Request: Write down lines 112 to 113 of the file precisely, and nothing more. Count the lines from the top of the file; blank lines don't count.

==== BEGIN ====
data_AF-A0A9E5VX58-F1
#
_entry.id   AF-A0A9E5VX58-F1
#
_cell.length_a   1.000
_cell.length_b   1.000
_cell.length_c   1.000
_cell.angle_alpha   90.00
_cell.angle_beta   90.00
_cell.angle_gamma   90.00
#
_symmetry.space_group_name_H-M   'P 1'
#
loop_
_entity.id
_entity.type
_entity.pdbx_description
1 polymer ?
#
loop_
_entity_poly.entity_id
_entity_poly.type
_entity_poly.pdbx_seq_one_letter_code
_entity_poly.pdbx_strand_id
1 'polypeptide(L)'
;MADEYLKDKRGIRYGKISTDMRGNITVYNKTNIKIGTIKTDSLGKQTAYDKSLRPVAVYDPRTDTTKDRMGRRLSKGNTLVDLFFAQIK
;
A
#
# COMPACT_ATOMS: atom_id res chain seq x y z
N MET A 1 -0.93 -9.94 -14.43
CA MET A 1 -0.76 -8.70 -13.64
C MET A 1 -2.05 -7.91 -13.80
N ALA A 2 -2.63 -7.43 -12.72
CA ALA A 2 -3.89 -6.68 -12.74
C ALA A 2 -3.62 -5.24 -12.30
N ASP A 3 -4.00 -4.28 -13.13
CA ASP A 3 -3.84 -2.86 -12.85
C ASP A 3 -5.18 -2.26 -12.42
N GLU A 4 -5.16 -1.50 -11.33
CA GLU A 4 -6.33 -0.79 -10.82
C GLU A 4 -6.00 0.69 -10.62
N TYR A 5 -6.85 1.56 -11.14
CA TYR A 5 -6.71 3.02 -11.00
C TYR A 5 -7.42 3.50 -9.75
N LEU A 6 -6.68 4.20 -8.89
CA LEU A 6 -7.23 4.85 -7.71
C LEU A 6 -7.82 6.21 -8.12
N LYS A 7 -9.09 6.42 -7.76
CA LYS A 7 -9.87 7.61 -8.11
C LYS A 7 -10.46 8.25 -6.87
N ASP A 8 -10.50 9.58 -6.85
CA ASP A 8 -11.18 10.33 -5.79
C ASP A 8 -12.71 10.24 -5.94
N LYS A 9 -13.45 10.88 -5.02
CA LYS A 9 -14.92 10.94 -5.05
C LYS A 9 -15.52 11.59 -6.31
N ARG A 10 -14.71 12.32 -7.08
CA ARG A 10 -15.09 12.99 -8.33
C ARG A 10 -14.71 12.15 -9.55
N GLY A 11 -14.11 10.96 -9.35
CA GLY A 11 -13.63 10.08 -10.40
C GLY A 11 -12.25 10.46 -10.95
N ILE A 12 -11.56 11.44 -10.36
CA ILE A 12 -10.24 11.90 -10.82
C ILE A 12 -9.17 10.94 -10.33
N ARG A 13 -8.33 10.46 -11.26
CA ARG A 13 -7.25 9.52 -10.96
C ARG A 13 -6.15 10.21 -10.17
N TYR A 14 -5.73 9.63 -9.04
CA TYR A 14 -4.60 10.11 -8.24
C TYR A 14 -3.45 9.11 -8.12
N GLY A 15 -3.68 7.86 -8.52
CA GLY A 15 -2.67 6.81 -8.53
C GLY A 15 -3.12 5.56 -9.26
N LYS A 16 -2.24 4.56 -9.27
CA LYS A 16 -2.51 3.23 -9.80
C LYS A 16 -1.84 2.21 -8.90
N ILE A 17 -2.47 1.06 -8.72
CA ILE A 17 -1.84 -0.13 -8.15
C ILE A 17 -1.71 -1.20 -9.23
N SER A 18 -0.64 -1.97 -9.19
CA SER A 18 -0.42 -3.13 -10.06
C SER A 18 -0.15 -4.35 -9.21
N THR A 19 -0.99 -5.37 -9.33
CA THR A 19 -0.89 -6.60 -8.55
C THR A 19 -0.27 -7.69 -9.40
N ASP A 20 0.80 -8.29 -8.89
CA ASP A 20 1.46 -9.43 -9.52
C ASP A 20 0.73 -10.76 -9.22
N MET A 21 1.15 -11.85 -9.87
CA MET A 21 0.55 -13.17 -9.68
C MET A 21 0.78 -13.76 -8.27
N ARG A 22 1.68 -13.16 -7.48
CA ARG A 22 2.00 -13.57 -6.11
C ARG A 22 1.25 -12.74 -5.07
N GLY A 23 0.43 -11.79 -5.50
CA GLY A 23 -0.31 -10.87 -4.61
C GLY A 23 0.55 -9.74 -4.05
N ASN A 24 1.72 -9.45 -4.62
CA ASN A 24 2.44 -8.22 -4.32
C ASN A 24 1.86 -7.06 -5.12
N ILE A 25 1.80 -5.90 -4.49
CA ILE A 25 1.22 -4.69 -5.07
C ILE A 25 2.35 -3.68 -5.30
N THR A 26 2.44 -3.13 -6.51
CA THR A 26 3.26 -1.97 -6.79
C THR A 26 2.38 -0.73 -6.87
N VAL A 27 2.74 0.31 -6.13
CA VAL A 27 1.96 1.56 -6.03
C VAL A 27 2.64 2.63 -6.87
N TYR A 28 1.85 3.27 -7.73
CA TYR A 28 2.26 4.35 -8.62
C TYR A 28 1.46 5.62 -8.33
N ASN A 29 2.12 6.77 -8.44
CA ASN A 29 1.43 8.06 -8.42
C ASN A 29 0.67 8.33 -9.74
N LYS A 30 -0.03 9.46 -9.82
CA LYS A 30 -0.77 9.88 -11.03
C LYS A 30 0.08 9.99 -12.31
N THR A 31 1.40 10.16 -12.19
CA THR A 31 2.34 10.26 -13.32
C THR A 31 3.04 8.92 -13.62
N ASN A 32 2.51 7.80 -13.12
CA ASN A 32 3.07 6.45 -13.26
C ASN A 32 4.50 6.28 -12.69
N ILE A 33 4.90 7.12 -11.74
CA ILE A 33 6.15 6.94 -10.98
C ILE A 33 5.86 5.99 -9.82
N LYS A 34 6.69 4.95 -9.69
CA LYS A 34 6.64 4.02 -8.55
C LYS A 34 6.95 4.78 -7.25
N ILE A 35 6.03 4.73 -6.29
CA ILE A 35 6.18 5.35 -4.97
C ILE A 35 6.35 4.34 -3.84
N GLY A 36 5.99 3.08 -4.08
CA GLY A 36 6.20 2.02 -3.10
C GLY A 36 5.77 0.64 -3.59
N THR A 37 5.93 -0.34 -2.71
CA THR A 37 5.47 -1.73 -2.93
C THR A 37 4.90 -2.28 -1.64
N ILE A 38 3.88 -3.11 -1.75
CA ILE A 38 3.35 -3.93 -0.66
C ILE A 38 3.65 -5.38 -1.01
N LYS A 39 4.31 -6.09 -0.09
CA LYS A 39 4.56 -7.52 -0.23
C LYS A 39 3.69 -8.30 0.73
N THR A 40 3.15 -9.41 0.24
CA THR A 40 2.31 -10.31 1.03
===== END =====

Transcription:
N TYR A 28 1.85 3.27 -7.73
CA TYR A 28 2.26 4.35 -8.62